10. CD I/1: 161, 199, 320, 407; cf. Williams 1979: 147; Torrance 2000: 73-74 and 82. Testo

  11. Cf. Schwöbel 2000: 24, 29-32. Testo

  12. CD I/1: 214; 176; cf. Hart 2000: 45, but also Williams 1979: 189 ("Having created free men, [God] submits to man's judgement, man's freedom to reject"). Testo

  13. CD II/1: 181. Testo

  14. Torrance 2000: 74. Cf. CD I/1: 156-162, 298-304; cf. Williams 1979: 148 and 159. Testo

  15. Cf. Hart 2000: 44; Molnar 2011: 15. Testo

  16. Cf. GD: 155; CD I/1: 238; cf. Hart 2000: 41-43. This approach had been developed even more radically by Barth in his Römerbrief (Barth 1933), where faith and religion stood in opposition, symbolising respectively God's gracious condescendence and the human attempt to reach God, the Ganz Andere (cf. Aguti 2011, §1); God and man are separated by an "epistemological gulf" which can be crossed only by God's grace (Wingren 1958: 24). Testo

  17. CD I/1: 296. Cf. Hart 2000: 49. Testo

  18. He also uses other triads, such as e.g. "unveiling, veiling and impartation", or "form, freedom and historicity", or "Easter, Good Friday and Pentecost": CD I/1: 332; cf. McCormack 2011: 96. See also Jowers 2003: 235-236. Testo

  19. Torrance 2000: 77. Testo

  20. Barth explicitly rejects both subordinationism and modalism (cf. CD I/1: 320-324; 328; 353; 381-382; 397). For a thorough discussion of how modalism is incompatible with Barth's trinitarian theology and its root within revelation, see Jowers 2003, especially 237ff. Testo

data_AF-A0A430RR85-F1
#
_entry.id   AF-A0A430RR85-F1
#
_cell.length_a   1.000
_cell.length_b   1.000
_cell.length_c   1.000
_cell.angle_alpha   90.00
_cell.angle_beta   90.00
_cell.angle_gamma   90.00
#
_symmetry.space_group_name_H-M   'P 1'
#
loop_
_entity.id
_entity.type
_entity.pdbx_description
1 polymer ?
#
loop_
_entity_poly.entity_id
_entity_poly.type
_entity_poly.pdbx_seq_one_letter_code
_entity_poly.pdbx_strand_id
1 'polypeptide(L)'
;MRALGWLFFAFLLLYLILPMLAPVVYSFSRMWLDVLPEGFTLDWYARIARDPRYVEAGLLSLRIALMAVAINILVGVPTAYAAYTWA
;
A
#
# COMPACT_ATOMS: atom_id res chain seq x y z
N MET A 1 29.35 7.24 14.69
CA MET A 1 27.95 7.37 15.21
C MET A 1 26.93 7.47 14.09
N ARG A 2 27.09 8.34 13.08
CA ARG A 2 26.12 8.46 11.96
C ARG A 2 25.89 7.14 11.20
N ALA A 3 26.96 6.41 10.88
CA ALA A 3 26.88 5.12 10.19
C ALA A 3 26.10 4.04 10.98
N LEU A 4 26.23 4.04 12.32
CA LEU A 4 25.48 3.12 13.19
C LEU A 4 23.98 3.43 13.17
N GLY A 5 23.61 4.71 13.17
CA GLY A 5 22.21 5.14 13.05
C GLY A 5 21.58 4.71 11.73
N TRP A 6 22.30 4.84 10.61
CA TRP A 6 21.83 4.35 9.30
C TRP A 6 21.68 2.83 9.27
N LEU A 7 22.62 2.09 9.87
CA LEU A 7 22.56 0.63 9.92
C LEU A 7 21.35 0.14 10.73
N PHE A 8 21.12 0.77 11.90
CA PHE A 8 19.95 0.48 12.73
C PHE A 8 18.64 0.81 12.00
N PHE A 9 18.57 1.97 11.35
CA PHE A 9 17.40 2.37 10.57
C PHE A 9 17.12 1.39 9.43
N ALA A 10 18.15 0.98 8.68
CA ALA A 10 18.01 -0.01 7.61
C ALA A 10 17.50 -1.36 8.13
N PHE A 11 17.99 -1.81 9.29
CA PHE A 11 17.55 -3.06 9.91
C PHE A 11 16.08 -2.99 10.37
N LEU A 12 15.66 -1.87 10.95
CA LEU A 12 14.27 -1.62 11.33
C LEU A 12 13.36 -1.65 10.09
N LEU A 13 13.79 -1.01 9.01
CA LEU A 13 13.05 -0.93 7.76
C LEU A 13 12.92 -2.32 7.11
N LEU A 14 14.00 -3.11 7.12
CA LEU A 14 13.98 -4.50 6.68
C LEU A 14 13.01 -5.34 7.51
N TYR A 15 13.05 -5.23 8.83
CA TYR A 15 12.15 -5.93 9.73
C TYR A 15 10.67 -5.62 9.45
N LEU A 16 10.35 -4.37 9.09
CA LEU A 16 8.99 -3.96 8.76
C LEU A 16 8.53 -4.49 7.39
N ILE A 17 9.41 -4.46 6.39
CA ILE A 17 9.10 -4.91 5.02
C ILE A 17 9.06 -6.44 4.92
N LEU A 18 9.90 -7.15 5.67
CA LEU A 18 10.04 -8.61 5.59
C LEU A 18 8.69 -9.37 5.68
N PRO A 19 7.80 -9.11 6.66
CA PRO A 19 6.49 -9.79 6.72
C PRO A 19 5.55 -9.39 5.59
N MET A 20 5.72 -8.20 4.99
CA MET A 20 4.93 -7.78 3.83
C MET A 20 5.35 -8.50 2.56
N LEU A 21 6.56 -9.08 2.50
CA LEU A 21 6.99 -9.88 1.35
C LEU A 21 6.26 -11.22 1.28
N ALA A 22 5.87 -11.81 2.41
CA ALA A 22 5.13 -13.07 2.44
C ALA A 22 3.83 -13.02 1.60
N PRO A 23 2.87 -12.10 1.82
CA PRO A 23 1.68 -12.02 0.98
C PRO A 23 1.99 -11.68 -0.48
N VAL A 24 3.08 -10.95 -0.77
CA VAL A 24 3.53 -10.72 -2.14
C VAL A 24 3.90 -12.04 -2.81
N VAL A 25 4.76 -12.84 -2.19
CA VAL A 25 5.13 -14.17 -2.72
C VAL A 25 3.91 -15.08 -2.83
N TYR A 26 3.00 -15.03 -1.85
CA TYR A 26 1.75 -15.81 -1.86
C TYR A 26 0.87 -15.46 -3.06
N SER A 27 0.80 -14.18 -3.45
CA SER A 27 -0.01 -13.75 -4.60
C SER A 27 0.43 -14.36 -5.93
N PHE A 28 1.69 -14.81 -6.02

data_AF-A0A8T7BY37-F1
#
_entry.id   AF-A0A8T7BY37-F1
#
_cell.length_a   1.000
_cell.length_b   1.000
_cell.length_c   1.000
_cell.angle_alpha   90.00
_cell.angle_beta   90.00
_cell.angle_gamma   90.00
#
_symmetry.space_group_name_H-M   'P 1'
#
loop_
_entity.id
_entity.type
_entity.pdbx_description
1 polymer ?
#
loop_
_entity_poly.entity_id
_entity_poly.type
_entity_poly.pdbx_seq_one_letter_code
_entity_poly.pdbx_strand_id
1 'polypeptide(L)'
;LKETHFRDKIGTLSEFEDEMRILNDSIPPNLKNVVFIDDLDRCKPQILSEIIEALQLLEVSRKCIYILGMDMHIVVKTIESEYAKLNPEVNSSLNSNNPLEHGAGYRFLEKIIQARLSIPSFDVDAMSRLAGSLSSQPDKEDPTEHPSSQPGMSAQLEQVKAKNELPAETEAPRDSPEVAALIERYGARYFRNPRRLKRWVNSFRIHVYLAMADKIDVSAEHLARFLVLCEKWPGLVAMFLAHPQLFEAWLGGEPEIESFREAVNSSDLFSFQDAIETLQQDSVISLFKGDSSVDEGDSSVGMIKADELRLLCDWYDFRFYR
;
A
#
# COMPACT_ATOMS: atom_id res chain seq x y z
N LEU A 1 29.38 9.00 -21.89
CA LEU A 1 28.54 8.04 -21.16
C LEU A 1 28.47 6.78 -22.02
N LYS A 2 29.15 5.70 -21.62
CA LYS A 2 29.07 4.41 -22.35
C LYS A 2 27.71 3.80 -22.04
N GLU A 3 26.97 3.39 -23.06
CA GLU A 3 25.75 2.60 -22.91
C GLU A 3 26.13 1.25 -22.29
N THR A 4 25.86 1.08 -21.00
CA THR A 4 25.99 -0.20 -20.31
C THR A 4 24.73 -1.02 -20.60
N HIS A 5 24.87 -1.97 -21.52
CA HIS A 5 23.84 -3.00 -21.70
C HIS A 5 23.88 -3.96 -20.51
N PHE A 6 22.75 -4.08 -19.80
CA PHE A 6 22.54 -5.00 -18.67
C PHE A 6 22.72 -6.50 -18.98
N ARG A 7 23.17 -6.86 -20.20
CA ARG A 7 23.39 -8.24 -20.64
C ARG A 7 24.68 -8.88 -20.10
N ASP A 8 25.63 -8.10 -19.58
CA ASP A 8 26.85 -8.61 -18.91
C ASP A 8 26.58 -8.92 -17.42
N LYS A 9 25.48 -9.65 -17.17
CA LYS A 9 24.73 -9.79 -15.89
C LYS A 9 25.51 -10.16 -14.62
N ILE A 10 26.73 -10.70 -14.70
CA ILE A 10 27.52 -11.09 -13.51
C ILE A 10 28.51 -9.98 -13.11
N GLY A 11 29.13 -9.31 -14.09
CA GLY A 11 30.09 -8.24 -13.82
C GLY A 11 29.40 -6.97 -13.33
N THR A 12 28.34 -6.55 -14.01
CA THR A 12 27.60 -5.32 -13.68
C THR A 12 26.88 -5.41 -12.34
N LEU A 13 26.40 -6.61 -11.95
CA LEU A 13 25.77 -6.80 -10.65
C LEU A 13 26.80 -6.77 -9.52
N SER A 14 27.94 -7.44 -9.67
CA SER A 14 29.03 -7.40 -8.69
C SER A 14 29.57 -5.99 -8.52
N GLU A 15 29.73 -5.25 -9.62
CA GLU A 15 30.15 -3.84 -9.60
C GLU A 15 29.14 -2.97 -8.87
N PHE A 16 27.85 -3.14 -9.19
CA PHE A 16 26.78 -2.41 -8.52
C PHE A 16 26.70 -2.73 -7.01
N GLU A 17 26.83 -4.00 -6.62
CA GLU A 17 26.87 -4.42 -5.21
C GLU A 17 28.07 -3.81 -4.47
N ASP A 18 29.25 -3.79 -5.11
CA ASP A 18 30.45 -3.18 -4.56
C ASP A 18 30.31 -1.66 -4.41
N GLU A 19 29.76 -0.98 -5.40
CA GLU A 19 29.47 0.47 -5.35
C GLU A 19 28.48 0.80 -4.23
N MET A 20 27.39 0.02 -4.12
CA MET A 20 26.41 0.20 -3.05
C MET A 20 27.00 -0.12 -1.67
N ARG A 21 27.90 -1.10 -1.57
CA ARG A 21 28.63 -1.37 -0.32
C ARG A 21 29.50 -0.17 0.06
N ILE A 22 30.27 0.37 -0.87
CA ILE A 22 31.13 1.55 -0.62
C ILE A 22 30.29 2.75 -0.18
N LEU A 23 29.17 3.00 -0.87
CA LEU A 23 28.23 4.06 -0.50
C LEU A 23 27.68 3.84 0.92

21. Rahner 1997, esp. 21ff.; cf. CD I/1: 330, 333, 371--373; CD II/1: 301--311, 314-315, 326--327, 518, 562. See also Jowers 2003: 240. Testo

  22. Cf. Jowers 2003: 234. Testo

  23. McCormack 2011: 98 (cf. 100). Cf. CD I/1: 354. Cf. also Kelly 1978: 268. Testo

  24. CD I/1: 350, 352-353, 362-364, 384-389 and 390-398; 399-413 and 414-447; 448-465 and 466-490 respectively. God is not 'three divine I's', but the 'one divine I' three times (CD I/1: 351); thus Wiederholung is the Barthian interpretation of the homoousios (cf. McCormack 2011: 97). Testo

  25. Cf. CD I/1: 320, 324 and 331-332; cf. 315-316: God becomes his own alter-ego (cf. also Torrance 2000: 79). Testo

  26. CD I/1: 158-161. Testo

  27. Indeed, hypostasis means subsistentia, a "mode of existence", and not substance; John of Damascus, as well as the Cappadocians (Basil and Gregory of Nissa: cf. Ayres 2004: 359) speak of three "tropos hyparxeos", "modes of origination" (CD I/1: 363 and 365; cf. also St. Maximus: Ambiguum 26, PG 91: 1265CD); Aquinas defines the divine persons as "res subsistentes in natura divina" (ST I.Q.29 a. 4: cf. CD I/1: 366), and Calvin speaks of "subsistentia in Dei essentia" (Instit. I, 13, 6). Cf. Aguti 2011, §2. However, the strongest influence on Barth's adoption of the term comes certainly from Isaak Dorner (cf. Dorner 1965: 214). Cf. Moltmann 1981: 139, n. 21; Jowers 2003: 240ff.; Taylor 2003: 33-36. Testo